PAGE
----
The draft "Vision for Picture Rocks" below will be the focus of discussion at the Forum. Your comments are encouraged at the meeting, on our website at CitizensforPictureRocks.org, or via email to PictureRocksDigest@comcast.net. For more information, contact Greg Mattison (730-8581) or Keith Winans (444-2182).
In accord with Citizens for Picture Rocks' revised Bylaws, elections will be held at the October 20 C4PR Annual Meeting. There are four seats on the C4PR Board of Directors to be filled. A call went out in August for those members interested in serving on the Board to make themselves known. Stepping forward, with the approval of the C4PR Coordinating Committee, are incumbent Tom Allen, and members Pam Moseley, Chris Banks, and Jim Pethe. Nominations may also be made from the floor at the Annual Meeting. Continuing on the Board are Jamie Kisthardt, Karen Zopf, and Keith Winans.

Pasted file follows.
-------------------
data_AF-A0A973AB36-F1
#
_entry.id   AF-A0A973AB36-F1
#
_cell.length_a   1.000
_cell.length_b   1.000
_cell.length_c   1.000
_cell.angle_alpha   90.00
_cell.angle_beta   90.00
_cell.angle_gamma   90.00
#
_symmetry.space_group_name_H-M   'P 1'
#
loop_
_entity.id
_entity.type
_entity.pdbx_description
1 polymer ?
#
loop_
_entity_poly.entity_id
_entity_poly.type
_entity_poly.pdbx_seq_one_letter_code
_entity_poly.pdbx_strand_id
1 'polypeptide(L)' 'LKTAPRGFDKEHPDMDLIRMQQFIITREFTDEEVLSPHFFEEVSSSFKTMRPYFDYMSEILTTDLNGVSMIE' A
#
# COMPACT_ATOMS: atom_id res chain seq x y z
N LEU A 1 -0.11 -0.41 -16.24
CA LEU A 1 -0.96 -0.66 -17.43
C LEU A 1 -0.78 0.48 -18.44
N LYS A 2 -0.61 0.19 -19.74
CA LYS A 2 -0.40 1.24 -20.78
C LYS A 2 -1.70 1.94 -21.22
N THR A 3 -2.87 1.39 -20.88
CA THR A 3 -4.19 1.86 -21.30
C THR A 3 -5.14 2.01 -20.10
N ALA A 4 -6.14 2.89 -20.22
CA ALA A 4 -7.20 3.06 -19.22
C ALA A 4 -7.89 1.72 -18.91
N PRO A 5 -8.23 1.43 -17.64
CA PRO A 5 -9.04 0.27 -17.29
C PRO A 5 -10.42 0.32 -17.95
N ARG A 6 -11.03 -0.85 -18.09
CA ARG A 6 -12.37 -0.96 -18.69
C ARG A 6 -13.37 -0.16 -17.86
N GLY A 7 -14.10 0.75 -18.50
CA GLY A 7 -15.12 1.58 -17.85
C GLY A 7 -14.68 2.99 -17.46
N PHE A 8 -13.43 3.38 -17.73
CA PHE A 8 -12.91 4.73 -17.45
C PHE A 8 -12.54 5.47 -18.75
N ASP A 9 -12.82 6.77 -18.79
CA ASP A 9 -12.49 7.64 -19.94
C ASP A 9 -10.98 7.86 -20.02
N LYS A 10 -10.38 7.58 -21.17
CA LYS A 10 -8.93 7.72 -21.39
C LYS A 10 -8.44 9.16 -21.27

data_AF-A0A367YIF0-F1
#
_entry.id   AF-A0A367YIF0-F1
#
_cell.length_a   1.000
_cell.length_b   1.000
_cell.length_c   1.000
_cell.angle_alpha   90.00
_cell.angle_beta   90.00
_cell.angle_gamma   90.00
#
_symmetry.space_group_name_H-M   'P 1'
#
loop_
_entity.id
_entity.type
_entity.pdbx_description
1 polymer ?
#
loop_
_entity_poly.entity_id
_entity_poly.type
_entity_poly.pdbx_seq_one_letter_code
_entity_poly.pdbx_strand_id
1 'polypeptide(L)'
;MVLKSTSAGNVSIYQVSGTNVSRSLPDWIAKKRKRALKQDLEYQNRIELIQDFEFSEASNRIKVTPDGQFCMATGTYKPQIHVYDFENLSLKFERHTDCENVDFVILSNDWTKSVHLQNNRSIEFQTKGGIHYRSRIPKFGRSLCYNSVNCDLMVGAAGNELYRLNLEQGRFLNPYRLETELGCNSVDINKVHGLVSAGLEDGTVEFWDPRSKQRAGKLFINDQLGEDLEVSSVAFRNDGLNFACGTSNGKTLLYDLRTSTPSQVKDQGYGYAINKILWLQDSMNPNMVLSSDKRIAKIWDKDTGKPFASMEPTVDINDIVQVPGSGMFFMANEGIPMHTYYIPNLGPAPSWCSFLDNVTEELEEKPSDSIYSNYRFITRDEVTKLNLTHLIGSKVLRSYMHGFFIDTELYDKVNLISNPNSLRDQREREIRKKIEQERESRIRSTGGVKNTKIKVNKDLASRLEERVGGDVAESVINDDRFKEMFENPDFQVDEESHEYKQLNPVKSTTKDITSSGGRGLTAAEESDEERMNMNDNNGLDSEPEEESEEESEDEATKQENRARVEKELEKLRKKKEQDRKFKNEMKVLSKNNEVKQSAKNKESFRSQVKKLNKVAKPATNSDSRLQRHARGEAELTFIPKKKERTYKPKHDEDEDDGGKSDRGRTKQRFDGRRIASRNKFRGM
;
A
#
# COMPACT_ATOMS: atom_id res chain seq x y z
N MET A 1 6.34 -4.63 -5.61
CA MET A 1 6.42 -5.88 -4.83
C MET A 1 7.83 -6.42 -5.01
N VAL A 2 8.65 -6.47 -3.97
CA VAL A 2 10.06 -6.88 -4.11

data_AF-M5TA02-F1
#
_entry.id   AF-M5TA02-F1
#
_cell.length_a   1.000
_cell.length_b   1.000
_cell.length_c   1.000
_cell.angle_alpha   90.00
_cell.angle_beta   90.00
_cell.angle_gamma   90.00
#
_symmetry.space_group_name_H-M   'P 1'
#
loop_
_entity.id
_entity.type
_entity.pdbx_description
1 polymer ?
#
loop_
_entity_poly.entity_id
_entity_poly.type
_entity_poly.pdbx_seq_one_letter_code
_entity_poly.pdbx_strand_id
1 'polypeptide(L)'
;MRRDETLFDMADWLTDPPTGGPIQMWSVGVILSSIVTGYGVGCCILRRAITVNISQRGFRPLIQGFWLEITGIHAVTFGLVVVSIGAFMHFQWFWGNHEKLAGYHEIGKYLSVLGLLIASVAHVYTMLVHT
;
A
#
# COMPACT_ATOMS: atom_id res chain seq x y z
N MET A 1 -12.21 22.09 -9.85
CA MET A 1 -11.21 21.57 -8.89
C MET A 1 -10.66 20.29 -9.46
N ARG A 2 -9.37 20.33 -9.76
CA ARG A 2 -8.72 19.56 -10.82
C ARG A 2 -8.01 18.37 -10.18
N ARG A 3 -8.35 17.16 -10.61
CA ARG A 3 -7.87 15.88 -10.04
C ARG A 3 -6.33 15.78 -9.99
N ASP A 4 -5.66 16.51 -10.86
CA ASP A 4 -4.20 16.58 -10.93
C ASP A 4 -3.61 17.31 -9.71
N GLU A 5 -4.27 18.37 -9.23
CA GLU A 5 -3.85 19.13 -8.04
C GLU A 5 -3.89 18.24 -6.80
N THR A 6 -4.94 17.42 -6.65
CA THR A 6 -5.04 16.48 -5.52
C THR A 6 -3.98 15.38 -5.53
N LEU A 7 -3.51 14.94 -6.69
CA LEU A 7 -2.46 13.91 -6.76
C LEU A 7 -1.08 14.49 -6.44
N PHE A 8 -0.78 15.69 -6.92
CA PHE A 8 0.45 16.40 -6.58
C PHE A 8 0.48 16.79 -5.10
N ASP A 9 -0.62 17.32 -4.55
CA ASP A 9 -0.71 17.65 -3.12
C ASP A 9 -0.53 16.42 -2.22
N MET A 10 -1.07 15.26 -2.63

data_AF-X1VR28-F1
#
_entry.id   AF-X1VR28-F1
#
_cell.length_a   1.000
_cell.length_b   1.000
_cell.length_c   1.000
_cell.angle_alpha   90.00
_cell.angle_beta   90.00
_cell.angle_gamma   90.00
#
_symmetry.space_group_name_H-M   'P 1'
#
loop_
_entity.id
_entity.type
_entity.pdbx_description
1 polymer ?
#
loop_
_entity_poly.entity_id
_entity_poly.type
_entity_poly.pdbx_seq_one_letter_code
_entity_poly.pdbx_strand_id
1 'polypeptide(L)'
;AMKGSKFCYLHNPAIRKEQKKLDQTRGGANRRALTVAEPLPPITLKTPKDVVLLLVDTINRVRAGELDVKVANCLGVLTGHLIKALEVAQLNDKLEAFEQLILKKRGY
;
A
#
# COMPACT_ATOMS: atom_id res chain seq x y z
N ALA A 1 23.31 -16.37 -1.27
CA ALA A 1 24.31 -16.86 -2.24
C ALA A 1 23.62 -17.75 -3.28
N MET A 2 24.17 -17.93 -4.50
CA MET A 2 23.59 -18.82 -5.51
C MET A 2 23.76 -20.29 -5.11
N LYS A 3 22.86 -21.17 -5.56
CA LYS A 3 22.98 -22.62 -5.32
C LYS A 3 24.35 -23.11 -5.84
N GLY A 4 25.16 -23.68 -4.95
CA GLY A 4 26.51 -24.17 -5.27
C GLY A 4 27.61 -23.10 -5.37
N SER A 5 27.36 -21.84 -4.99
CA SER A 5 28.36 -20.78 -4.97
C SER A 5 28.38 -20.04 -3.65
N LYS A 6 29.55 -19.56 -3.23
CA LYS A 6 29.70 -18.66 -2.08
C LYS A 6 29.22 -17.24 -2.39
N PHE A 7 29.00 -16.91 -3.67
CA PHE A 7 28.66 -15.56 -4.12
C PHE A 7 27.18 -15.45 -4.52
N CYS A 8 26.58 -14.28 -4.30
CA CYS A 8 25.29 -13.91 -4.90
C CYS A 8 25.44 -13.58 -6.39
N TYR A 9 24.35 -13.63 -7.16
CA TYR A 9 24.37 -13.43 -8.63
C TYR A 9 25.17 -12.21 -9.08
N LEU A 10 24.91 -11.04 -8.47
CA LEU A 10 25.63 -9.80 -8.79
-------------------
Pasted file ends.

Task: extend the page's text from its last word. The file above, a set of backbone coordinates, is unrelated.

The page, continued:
Lt. Scott Martin, Commander of the Tucson Mountain District Sheriff's Station for the past 2-1/2 years, has taken a new job as the swing shift Force Commander, overseeing police work in all of unincorporated Pima County between 4 p.m. and midnight. Lt. Martin came to the Aug. 18 C4PR meeting to say goodbye and to thank the members for their support and good work. He noted that, "a lot of felons have been put away in the last six months," and that several Deputies are actively targeting criminal activity rather than responding to calls. His replacement at the Station is Lt. Willie Belin.